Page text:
The New Zealand scow Moth is a one-design adaptation of the Len Morris Mk II Moth design though the rules were loose enough that they pushed the original Mk II lines around a bit. (An astute observer could also say that the Bethwaite design, Northbridge Junior, is also another adaptation of the Mk II scow.) Cockpit design on the New Zealand Moth is wide open and I came across these recent photos of the fleet of New Zealand Moths at Stewarts Gully, NZ. Some very inventive hiking arrangements here.
Three New Zealand Moths bow-on. It looks like 958 has shortened the luff of his sail to get a fat-head top.
A concave cockpit with stand-up rounded decks for hiking. The New Zealand Mothies do seem enamored with sticking wind indicators on the foredeck.
Another concave cockpit with semicircular hiking bumps. A nice long lever vang.
This one has narrow side decks just barely raised from the cockpit floor.
A conventional cockpit design with a repair just aft or where the skipper sits. A second layer of ply reinforcing (lightened with circular cut-outs) was supposed to be strong enough but doesn't look like it was up to the task.
Another shallow side-deck. I like the contrasting colors.
A more severe concave deck with shallow raised bumps for hiking.
You really, really have to work hard on the plywood to get this kind of double curve.
You can't put anything up about Antipodean classes that Neil Kennedy doesn't have an archived article to supplement it with. Linking with the Japanese build of the Northbridge Junior, Neil sends along this article from Australian Sailing on a Northbridge Junior build in Sydney. (Use the pop-out icon on top right of article window to put it in another tab on your browser.)
The good folks over at Drift Media put together a Moth History video, combining a talk by Ian Ward at the Inverloch Classic Wooden Dinghy Regatta dinner with a compilation of Moth shots (both classic and foiling) taken during the 2018 regatta weekend. Ian Ward was a top scow designer in the 1970's and 1980's as well as a top helm in his own right (Australian National Champion as well as top placings in World Championships). Ian was also the first one to put centerline foils on a Moth in 1998. In this video he can be seen sailing his foiling scow.
I wrote about Frank Bethwaite's plywood junior scow, the Northbridge Junior, as part of a post on the sit-on-top dinghies. Last fall I came across some photos on the Web of a new Northbridge Junior built for a Japanese junior. The blogmeister, being one that feels we should encourage junior sailors in home-built dinghies, offers up the photos of the first day launching:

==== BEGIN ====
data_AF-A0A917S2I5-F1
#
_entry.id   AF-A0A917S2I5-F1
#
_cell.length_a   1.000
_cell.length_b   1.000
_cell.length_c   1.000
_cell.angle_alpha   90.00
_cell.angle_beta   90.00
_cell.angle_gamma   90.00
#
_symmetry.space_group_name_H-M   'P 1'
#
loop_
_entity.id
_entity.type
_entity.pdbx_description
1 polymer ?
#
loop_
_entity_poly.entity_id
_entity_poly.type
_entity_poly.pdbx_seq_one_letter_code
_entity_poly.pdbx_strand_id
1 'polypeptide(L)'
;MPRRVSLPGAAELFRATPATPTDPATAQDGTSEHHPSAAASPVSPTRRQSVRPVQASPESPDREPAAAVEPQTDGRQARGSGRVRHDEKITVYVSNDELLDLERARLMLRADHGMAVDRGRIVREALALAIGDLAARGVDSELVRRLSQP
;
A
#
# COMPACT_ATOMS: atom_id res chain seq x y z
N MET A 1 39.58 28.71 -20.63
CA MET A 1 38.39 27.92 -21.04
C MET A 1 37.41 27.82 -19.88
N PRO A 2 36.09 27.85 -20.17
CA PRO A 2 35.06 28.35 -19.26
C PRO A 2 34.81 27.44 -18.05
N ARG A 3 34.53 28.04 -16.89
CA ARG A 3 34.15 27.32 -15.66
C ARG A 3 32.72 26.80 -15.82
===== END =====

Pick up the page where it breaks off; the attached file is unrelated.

Back in October, 1971, I wrote about the plywood, 12' two man Australian speedster, the Gwen 12, I mentioned I had in my possession a set of double bottom plans from the 1970's, courtesy of Aussie Andrew Chapman. I present them below. As always it is best to view this PDF file in another tab; click the arrow icon on the top right of the view box.
I think if I was to build a Gwen 12 in the U.S.A. I would glom a 420 rig onto the hull, particularly the non-class legal fat-head main that the collegiate programs seem to be now favoring.
The previous header photo is of Bill Moss and John Gallagher bombing around Annapolis Harbor in the late 1970's. Bill Moss passed away suddenly this past Christmas. We were teammates for the 1981 International 14 Team Races and World Championships and remained good friends ever since, long after I exited the International 14 class. Bill was the best of the best and his drive raised my sailing to another level for that two year campaign. It was that special slice of time when we were on top of our sailing game in an unforgiving dinghy. He will be missed.
The 1981 Team Race party; Bill on the left, the blogmeister on the right.
Bald but my eyebrows are growing at a prolific rate. Sailed Windmills and Y-Flyers in the 1960's. Founded Miami University (OH) sailing team. Sailed International 14's and Lasers in the 1970's. Sailed International Canoes in the 1980's to mid 1990's. Sailed Classic Moths since 2002. Enjoy boatbuilding though I'm very, very slow at it (the Internet doesn't help matters). Name in real life: Rod Mincher
After choosing this username (Tweezer is the name of my Classic Moth), further research on the Internet turned up that Tweezerman is a corporate name for a line of pedicure products. Let me emphasize that I do not work for, nor endorse these products.